WOLA: Advocacy for Human Rights in the Americas
18 Dec 2013 | Commentary

Mounting Humanitarian Crisis at the Border

Raúl Grijalva (D-AZ), Lucille Roybal-Allard (D-CA), and 37 other Members of Congress sent a letter on December 16 to then Acting Secretary of Homeland Security Rand Beers requesting a meeting to discuss humanitarian concerns at the U.S.-Mexico border. The letter focused on several issues that fall within the authority of the Department of Homeland Security, namely the recent increases in migrant deaths, inadequate short-term custody conditions, and unsafe deportation practices.

In 2012, Border Patrol found the remains of 463 migrants on U.S. soil, making it the second-highest year for migrant deaths since 1998. And the death toll continues in 2013. In Arizona, the Border Patrol reported 171 deaths statewide from October 1, 2012 to August 31, 2013; as of May, 76 deaths had been registered in the Rio Grande Valley sector alone.

Migrants who are detained by the Border Patrol face other harms. Many migrants experience inhumane treatment in short-term detention centers, including physical abuse, denial of medical attention, violation of due process, and inadequate food and water.

Moreover, current deportation practices, such as deporting migrants in the middle of the night or sending them to Mexican border cities facing high-levels of crime and violence, put migrants at greater risk of being kidnapped, abused, and extorted by drug cartels and criminal groups that operate in the border region.

It is clear that there is a humanitarian tragedy occurring at the U.S.-Mexico border, and the U.S. government has the capacity and responsibility to address this issue immediately. Some of the steps the government can take include installing more rescue beacons and water drums in the desert to curb migrant deaths, holding agents who abuse migrants accountable for their actions, or halting night deportations to lessen the risk that migrants fall prey to criminal organizations. The Members of Congress detail these measures in their letter and urge the Department of Homeland Security to incorporate these and other steps to protect migrants into the broader border policy.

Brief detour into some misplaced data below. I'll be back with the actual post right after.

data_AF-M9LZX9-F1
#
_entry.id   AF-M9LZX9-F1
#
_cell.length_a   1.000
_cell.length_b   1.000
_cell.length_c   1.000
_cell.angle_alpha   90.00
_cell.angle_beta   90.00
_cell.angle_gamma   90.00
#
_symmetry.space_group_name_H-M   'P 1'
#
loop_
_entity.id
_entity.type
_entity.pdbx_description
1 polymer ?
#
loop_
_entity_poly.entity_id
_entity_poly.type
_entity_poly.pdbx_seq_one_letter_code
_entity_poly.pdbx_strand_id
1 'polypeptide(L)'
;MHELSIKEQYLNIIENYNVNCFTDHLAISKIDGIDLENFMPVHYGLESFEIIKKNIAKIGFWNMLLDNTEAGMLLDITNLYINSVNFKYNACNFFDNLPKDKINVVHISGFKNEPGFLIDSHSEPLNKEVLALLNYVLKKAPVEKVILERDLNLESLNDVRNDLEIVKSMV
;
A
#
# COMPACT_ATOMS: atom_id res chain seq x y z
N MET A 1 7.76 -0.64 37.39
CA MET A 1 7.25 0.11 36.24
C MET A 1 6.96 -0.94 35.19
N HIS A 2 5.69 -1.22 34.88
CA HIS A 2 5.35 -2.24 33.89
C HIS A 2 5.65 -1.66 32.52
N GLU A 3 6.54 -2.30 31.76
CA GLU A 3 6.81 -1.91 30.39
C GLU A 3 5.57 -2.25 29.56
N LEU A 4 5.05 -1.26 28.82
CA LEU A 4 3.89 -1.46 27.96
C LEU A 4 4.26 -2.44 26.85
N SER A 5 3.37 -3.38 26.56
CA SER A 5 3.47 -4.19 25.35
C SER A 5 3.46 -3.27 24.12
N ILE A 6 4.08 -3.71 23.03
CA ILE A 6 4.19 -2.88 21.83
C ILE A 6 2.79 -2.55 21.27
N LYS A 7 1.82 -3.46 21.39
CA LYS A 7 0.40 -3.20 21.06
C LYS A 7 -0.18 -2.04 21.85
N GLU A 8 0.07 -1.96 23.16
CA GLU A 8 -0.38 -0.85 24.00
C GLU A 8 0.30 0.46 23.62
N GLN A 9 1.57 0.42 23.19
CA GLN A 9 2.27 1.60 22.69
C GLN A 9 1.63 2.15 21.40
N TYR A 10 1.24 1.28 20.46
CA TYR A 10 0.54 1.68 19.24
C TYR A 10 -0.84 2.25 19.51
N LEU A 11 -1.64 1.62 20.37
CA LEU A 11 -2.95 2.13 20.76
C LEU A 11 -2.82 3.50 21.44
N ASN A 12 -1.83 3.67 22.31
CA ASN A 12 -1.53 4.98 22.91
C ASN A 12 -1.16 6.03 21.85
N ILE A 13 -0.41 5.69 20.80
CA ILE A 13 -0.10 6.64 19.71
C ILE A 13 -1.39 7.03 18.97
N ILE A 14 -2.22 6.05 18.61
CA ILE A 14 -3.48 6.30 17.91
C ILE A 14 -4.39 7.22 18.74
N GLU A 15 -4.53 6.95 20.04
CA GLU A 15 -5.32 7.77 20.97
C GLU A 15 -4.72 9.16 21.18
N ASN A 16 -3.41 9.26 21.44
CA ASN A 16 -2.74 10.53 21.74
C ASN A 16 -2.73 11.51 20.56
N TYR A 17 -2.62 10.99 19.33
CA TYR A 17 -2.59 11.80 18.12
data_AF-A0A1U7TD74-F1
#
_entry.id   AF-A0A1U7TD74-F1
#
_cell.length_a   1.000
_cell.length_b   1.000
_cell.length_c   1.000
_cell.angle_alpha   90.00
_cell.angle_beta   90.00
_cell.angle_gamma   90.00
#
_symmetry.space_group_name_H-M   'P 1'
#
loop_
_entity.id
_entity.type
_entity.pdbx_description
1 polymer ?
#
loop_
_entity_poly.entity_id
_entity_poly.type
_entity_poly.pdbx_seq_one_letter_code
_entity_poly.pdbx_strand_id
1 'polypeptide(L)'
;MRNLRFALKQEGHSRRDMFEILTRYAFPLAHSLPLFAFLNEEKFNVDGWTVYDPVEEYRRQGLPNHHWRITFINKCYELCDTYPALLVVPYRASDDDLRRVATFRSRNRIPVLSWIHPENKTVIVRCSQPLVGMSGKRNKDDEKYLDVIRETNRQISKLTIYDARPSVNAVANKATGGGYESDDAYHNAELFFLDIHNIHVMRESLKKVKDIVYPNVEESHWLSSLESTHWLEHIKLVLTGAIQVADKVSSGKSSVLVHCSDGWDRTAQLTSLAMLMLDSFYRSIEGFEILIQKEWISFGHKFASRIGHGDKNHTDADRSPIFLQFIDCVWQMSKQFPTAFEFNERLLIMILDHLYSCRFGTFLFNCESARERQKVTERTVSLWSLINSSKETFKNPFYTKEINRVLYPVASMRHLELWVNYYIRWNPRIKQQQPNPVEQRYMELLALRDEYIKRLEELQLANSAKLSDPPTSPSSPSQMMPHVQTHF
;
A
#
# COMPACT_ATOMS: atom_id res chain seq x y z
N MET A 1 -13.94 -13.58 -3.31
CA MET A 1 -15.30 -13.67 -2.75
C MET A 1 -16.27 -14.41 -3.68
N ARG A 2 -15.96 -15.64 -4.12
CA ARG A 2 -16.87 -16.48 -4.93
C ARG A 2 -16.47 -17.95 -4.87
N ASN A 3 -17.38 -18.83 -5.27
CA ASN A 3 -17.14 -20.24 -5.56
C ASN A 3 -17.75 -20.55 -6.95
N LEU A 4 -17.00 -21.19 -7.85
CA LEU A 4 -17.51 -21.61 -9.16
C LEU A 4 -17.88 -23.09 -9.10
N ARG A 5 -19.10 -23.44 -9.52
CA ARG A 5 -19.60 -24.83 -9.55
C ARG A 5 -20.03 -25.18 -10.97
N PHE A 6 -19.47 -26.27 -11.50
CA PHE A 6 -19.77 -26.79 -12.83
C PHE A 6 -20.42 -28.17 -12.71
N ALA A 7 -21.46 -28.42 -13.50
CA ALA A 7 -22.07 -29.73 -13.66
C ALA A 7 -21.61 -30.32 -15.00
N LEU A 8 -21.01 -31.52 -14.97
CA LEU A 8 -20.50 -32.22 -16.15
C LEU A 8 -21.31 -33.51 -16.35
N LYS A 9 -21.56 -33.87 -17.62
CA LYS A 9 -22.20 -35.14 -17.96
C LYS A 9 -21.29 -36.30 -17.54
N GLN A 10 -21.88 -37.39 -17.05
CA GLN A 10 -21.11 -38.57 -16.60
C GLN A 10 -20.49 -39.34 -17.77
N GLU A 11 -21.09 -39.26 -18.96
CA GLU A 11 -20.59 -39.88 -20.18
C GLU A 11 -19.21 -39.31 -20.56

As Congressman Grijalva stated regarding the letter, “It matters how we enforce our laws, and it matters who is getting harmed in the process. We should never turn a blind eye to needless suffering, especially if it’s taking place in the name of security. Members of Congress have a duty to conduct proper oversight, and we believe a meeting is the right opportunity to start making some decisions about how CBP can best conduct its mission going forward.”

To read the letter to then Acting Secretary of Homeland Security Rand Beers from Members of Congress, click here.